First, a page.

Professor Tsutomu Miyasaka has majored in excited state electrochemistry involving photo-sensitized metal oxide electrodes and created photoelectric conversion systems based on self-organization of photosensitive organic molecules and molecular assemblies. His first study of dye monomolecular films immobilized on metal oxide semiconductors (1979) is recognized as the basic structure of dye-sensitized solar cell (DSSC), which he has later developed into a lightweight flexible structure by establishing low temperature process (<150℃) for preparation of mesoporous metal oxide layers on plastic substrates. He also studied immobilization and orientation of a photosensitive biomolecule, bacteriorhodopsin, on metal oxide to develop an optical image sensor that can simulate the function of human retina as an artificial photoreceptor. These unique studies, despite different goals of applications, are equally achieved by creating the method to control self-organized immobilization of visible light-absorbing active molecules on the oxide surface in order to elicit efficient photoelectric response.
These research backgrounds led him to discover the organic inorganic hybrid perovskite material as visible light absorbers in photovoltaic cell. Although the organic-bound perovskite materials had been extensively investigated by Dr. Mitzi in the 1990's focusing on the luminescent properties of two-dimensional (2D) perovskite, three-dimensional (3D) materials had not been studied for power device applications. In 2006 Dr. Miyasaka first employed 3D perovskite crystals and discovered their photovoltaic ability in fabrication of photoelectrochemical cells. Nano-crystals of lead halide perovskite, represented by APbX3 (A: organic cation, X: halide anion), was employed as a solution-deposited visible light sensitizer of titanium oxide semiconductor, which he found to achieve power conversion efficiency over 3% in 2009. His pioneering study elucidated rare advantages of the organic inorganic perovskite as a rare solid-state semiconductor in three points, that are, strong sunlight harvesting ability of the perovskite endowed by narrow band gap absorption, low-cost solution-based processability of the material in preparing photovoltaic films, and tunability of the band gap wavelength by chemically changing the kind of halide anion. In 2008 he had also succeeded in fabrication of all-solid-state perovskite photovoltaic cell by replacing electrolyte layer with carbon-polymer conductive composite materials. As the first solid-state perovskite cell, this cell structure is recognized as the basic model of the present extensively studied perovskite solar cells. After his collaboration study with an Oxford university group, he could enhance the conversion efficiency of the perovskite solar cell beyond 10%, which triggered world-wide active research of perovskite solar cell. The above-described achievements have led to today's research and development of high performance perovskite solar cells, which has demonstrated the remarkable level of efficiency, >22%, approaching those of silicon and GaAs.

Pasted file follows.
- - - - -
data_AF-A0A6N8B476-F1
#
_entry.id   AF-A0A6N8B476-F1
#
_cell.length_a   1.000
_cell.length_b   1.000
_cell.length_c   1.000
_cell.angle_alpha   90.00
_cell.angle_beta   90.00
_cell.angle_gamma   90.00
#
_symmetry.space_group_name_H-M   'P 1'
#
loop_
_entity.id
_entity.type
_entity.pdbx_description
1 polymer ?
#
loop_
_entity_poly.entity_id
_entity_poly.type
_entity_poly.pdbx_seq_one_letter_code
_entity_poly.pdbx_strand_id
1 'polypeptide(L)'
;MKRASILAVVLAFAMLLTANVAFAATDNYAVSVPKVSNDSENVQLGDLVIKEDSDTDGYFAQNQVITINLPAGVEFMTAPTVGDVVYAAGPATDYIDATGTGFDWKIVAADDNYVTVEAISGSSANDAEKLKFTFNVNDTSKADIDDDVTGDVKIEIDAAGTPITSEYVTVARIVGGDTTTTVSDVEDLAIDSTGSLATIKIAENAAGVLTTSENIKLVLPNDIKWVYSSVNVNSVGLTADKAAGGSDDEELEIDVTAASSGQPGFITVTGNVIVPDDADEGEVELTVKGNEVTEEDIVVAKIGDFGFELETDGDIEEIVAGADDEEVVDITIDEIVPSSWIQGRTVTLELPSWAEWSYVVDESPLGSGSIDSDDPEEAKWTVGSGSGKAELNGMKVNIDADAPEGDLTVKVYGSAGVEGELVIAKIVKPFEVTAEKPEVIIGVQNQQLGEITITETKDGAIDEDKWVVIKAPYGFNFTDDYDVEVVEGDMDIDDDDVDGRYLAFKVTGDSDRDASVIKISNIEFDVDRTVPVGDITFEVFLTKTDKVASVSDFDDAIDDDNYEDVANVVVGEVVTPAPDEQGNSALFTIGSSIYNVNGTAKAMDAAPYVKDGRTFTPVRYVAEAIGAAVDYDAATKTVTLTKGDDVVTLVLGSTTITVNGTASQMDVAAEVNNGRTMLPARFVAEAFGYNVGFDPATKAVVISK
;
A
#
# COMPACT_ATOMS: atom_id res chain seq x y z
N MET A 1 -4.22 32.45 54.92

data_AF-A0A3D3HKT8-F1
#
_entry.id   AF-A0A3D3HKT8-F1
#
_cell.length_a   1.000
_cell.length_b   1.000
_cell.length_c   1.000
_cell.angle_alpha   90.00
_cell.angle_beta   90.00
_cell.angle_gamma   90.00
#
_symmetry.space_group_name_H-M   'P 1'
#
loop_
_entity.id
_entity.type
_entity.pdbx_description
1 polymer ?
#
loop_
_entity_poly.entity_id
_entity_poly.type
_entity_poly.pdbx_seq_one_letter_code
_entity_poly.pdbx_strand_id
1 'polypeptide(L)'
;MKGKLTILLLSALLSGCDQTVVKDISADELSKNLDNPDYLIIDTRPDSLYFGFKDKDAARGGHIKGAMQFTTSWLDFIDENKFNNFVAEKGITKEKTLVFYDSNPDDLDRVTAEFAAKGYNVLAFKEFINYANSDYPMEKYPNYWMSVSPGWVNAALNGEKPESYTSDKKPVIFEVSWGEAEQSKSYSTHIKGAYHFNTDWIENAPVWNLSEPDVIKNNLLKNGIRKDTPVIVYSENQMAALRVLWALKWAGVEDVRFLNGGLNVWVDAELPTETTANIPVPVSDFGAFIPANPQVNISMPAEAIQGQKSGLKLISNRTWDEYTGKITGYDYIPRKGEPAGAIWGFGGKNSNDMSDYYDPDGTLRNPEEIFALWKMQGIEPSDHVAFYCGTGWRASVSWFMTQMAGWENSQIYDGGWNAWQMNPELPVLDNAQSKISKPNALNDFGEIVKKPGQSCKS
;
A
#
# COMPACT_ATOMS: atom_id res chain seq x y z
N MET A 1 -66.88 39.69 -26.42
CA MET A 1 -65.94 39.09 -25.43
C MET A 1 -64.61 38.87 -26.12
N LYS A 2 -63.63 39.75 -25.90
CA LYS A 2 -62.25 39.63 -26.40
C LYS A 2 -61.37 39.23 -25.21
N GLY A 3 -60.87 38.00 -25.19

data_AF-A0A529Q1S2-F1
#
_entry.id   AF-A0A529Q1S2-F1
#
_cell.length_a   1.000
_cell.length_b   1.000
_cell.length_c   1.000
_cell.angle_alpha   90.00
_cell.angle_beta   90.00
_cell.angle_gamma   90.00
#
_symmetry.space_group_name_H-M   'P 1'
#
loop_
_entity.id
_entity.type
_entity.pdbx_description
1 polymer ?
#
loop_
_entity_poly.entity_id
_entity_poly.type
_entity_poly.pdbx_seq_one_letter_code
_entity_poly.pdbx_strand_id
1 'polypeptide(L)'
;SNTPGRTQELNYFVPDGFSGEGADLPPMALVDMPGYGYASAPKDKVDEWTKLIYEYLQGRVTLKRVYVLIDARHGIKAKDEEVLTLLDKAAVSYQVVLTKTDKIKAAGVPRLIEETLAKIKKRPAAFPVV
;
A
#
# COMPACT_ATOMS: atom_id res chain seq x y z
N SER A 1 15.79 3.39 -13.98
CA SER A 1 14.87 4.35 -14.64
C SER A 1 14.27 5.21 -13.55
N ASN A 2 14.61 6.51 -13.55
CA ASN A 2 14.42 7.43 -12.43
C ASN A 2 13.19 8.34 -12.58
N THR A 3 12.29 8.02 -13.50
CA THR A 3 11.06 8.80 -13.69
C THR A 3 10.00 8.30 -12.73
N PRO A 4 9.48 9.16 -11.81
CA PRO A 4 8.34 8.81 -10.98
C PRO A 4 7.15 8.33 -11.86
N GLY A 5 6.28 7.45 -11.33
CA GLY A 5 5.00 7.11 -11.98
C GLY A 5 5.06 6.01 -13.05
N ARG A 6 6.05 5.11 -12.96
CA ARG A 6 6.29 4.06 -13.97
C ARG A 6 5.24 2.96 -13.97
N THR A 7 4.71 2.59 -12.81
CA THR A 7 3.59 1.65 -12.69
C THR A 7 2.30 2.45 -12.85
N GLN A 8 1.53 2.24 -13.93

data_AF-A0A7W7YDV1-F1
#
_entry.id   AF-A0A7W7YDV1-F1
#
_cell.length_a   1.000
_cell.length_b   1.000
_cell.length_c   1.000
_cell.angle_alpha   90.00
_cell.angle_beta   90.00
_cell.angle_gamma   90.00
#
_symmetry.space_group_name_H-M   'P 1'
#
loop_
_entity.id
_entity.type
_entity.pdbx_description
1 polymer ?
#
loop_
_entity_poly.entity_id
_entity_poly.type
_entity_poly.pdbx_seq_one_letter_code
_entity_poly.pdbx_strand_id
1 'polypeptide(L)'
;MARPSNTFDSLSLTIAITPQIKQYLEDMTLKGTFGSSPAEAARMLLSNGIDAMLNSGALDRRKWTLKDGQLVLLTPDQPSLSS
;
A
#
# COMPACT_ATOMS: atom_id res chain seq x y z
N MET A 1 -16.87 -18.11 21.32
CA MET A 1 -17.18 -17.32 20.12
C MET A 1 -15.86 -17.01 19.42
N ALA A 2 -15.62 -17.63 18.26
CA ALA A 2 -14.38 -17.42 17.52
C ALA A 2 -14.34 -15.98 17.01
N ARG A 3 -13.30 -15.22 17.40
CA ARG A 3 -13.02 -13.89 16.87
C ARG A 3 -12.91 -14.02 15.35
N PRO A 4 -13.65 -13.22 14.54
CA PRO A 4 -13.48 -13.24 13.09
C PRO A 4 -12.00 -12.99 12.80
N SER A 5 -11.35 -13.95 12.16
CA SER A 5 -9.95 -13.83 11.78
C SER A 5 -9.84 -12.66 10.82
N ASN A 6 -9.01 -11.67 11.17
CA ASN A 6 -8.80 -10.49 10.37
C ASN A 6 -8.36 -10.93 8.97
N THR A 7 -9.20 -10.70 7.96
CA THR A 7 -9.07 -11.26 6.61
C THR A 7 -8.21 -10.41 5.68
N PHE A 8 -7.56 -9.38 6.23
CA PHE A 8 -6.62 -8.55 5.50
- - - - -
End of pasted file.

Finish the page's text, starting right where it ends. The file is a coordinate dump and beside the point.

Dr. Miyasaka has continued construction of perovskite solar cells focusing on low temperature preparation of metal oxide semiconductors (TiO2, SnO2, ZnO, etc.), including amorphous materials, as electron transporting and hole-blocking layers that are essential for efficiency enhancement. He demonstrated that low temperature-processed cells are capable of efficiency as high as high temperature sintered metal oxide-based cells (>20%). For industrialization, this work significantly contributes to the design of low cost manufacture processes and development of light weight flexible devices. Further, Dr. Miyasaka made efforts in creating perovskite photovoltaic materials without containing lead in his aim to develop environmentally benign devices. Based on solution process, he could develop a method to improve photovoltraic ability of lead-free Bi-based perovskite by tuning the morphology of 3D crystalline layer and succeeded in enhancement of cell performance. Such challenge to create new solution-processable hybrid materials will be a significant contribution to future progress of the perovskite-based photovoltaics.
As mentioned above, Dr. Miyasaka constructed many photoelectric conversion systems based on photoelectrochemistry and physicochemistry and raised excellent research results by unique methods of thin film synthesis and device fabrication. In particular, his discovery of the photovoltaic property of chemically processed organic inorganic perovskites and the establishment of a new research field of solar energy conversion led by "high efficiency solar cells made by chemistry" have greatly contributed to the science and engineering of chemistry. His achievement is worthy of the Japan Chemical Society Award.